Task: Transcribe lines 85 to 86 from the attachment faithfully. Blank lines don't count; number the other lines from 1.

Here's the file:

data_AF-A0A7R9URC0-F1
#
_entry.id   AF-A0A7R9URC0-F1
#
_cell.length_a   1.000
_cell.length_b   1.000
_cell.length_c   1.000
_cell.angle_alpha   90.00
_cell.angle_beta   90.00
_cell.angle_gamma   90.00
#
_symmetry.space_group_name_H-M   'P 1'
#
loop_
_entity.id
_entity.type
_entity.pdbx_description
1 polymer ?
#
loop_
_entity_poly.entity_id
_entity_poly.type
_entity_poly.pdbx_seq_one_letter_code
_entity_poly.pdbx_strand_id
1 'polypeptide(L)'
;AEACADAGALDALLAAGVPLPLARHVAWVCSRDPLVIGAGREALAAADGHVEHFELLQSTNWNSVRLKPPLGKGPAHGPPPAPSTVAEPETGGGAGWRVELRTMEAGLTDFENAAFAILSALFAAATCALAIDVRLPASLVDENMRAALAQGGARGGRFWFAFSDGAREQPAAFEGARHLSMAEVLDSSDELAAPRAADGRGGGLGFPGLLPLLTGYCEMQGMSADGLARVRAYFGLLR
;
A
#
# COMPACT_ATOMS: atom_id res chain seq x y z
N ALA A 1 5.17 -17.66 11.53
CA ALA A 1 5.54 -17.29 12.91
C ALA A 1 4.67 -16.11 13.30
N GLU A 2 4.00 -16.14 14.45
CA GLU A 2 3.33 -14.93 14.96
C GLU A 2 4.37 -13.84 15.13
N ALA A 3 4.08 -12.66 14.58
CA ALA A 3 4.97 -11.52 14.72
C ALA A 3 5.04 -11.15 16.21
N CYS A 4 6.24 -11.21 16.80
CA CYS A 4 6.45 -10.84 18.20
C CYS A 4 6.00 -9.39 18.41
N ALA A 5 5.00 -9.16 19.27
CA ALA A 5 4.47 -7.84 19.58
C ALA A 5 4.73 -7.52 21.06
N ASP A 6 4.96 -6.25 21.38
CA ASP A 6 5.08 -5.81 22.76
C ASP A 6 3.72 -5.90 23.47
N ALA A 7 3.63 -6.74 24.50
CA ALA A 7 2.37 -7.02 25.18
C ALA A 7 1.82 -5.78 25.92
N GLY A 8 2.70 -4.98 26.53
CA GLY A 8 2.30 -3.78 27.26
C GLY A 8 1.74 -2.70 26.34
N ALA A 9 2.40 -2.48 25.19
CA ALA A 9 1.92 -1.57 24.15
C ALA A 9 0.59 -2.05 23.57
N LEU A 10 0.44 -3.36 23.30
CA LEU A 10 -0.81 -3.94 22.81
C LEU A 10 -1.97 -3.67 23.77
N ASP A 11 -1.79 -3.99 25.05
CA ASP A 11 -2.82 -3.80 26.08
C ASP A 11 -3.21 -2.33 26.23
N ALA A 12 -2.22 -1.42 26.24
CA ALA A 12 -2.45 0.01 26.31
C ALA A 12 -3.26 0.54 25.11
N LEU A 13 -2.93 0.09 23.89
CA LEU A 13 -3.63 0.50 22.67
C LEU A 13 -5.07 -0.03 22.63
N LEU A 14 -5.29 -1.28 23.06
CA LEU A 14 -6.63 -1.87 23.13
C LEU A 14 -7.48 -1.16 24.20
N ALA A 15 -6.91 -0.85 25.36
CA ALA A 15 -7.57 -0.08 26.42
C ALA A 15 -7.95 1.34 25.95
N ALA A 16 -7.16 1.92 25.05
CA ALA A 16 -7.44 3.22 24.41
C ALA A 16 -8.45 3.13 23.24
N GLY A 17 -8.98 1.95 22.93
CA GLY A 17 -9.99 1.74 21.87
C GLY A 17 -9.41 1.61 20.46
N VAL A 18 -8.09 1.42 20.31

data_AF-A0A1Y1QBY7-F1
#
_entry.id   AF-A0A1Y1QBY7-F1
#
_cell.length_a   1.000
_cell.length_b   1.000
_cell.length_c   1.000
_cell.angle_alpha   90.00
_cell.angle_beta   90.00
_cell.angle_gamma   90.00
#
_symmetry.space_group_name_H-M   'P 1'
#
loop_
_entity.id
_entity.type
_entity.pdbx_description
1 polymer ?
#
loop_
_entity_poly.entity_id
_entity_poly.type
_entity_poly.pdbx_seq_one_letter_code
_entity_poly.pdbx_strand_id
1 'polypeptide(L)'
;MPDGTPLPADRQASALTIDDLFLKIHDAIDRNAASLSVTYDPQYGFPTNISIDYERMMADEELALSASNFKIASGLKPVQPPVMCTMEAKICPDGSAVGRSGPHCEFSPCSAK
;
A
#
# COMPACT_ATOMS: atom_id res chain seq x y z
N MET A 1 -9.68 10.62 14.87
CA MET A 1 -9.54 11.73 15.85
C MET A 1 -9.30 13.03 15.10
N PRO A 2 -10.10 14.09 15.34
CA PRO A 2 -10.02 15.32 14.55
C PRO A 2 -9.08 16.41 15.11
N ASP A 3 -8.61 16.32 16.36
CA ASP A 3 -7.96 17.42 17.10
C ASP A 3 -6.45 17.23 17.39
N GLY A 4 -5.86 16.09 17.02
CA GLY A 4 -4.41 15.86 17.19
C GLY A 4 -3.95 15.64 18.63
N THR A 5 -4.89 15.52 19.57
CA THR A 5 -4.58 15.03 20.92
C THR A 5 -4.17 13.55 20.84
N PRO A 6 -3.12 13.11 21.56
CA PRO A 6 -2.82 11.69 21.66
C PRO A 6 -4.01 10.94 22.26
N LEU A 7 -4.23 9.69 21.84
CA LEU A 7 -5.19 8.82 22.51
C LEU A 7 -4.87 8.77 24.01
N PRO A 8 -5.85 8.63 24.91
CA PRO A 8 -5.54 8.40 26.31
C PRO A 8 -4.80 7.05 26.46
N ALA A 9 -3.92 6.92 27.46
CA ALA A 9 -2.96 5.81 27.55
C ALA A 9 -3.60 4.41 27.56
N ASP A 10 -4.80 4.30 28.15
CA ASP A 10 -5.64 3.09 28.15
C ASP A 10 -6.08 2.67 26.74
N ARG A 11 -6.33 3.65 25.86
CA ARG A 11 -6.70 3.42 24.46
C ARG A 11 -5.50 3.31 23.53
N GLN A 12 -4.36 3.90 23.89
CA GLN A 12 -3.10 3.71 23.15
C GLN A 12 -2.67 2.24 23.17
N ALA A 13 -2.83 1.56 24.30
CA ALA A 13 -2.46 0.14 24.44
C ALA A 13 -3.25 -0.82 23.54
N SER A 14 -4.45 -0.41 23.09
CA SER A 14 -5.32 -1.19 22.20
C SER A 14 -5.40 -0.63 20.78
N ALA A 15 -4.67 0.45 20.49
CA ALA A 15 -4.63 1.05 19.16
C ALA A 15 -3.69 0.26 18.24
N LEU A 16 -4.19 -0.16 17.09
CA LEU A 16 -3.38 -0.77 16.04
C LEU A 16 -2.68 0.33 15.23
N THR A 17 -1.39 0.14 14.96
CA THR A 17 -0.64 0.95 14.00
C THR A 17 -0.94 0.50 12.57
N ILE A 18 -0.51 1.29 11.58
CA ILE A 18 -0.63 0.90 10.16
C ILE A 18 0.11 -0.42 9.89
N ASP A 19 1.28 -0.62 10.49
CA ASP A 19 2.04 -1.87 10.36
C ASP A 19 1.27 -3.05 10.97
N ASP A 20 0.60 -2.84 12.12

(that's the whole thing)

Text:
_entry.id   AF-A0A1Y1QBY7-F1
#